The Sylgar Group

Create a Personal Balance Sheet

These are challenging economic times indeed. The unemployment rate has hit a 25 year high. The United States is facing unprecedented budget deficits. Inflation may be rearing its head. Real estate values continue to be under attack.

These are times when people should take stock of their lives. It is time to create a personal balance sheet if you will. Sit down with a piece of paper. Draw a line down the middle of the paper. On the left hand side, list all your assets. Be sure to include family, friends, talents, career, faith, and hobbies. On the right hand side list your liabilities. I think you will be surprised as to just how many assets you possess in this world. We will get through these difficult times. It is important to not lose sight that these times are our lives. It is not time for despair, but time to assure you are steering your personal ship on your personal course. Someone emailed the short story below to me many years ago. I have since seen the story show up in books and websites. I cannot think of a better time to share this story with you.

Big Rocks
by Unknown Author

An expert in time management was speaking to a group of business students and, to drive home a point, used an illustration those students will never forget. As he stood in front of the group of high-powered overachievers he said, "Okay, time for a quiz" and he pulled out a one-gallon, mason jar and set it on the table in front of him. He also produced about a dozen fist-sized rocks and carefully placed them, one at a time, into the jar.

When the jar was filled to the top and no more rocks would fit inside, he asked, "Is this jar full?"

Everyone in the class yelled, "Yes."

The time management expert replied, "Really?"

He reached under the table and pulled out a bucket of gravel. He dumped some gravel in and shook the jar causing pieces of gravel to work themselves down into the spaces between the big rocks. He then asked the group once more, "Is the jar full?"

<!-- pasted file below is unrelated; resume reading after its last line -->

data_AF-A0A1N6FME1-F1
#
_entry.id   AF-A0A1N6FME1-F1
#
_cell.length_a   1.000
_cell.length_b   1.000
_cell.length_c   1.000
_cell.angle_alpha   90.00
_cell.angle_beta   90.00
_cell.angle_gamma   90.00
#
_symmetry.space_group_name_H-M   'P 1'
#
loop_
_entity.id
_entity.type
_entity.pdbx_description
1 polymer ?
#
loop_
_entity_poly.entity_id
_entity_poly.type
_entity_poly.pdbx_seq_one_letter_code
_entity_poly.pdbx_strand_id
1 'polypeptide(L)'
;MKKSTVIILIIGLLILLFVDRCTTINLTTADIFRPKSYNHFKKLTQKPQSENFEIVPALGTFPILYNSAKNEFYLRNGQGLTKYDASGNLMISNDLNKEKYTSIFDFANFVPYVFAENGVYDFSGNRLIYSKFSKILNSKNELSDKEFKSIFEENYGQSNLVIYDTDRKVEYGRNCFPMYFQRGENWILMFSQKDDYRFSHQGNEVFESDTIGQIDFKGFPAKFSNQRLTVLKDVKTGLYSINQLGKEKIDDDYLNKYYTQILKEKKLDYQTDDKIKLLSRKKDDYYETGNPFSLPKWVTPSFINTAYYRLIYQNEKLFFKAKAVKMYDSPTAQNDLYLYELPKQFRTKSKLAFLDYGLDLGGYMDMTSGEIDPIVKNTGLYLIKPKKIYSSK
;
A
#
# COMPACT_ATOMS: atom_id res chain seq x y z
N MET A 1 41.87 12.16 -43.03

By this time the class was on to him. "Probably not," one of them answered.

"Good!" he replied. He reached under the table and brought out a bucket of sand. He started dumping the sand in the jar and it went into all of the spaces left between the rocks and the gravel. Once more he asked the question, "Is this jar full?"

"No!" the class shouted. Once again he said, "Good." Then he grabbed a pitcher of water and began to pour it in until the jar was filled to the brim. Then he looked at the class and asked, "What is the point of this illustration?"

One eager beaver raised his hand and said, "The point is, no matter how full your schedule is, if you try really hard you can always fit some more things in it!"

"No," the speaker replied, "that's not the point. The truth this illustration teaches us is: If you don't put the big rocks in first, you'll never get them in at all."

"What are the 'big rocks' in your life -- time with your loved ones, your faith, your education, your dreams, a worthy cause, teaching or mentoring others? Remember to put these BIG ROCKS in first or you'll never get them in at all." So, tonight, or in the morning, when you are reflecting on this short story, ask yourself this question: What are the 'big rocks' in my life? Then, put those in your jar first.

 

 

 

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